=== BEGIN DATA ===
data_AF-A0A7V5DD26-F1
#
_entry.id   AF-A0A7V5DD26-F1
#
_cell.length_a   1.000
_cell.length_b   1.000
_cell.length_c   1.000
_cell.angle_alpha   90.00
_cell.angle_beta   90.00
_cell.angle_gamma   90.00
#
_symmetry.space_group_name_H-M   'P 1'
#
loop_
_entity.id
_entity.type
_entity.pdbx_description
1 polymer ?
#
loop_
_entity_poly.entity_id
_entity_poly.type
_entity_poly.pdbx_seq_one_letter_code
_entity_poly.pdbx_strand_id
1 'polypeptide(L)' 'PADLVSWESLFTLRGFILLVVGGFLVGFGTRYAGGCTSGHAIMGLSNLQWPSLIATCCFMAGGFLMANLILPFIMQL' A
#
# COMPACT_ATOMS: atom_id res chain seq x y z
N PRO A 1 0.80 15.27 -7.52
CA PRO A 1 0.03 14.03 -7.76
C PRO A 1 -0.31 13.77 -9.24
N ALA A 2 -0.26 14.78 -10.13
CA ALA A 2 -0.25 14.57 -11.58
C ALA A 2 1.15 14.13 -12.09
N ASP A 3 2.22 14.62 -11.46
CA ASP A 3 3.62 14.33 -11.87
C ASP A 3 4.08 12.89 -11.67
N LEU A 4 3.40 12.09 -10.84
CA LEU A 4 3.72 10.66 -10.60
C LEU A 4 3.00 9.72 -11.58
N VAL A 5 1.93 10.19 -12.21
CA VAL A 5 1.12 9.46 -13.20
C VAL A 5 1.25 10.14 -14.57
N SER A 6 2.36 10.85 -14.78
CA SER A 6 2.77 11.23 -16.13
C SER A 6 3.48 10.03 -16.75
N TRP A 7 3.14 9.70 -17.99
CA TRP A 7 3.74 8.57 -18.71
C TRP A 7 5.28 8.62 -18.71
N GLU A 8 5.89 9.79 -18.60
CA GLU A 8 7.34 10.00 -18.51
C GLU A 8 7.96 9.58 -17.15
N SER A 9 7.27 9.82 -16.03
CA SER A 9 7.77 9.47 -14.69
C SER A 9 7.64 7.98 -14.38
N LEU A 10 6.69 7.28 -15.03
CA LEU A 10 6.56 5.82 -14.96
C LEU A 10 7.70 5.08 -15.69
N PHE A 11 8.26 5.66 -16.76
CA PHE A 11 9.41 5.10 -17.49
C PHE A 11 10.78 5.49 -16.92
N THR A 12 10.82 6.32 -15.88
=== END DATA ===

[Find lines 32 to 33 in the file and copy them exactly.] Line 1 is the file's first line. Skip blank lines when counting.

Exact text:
CA ALA A 2 -0.25 14.57 -11.58
C ALA A 2 1.15 14.13 -12.09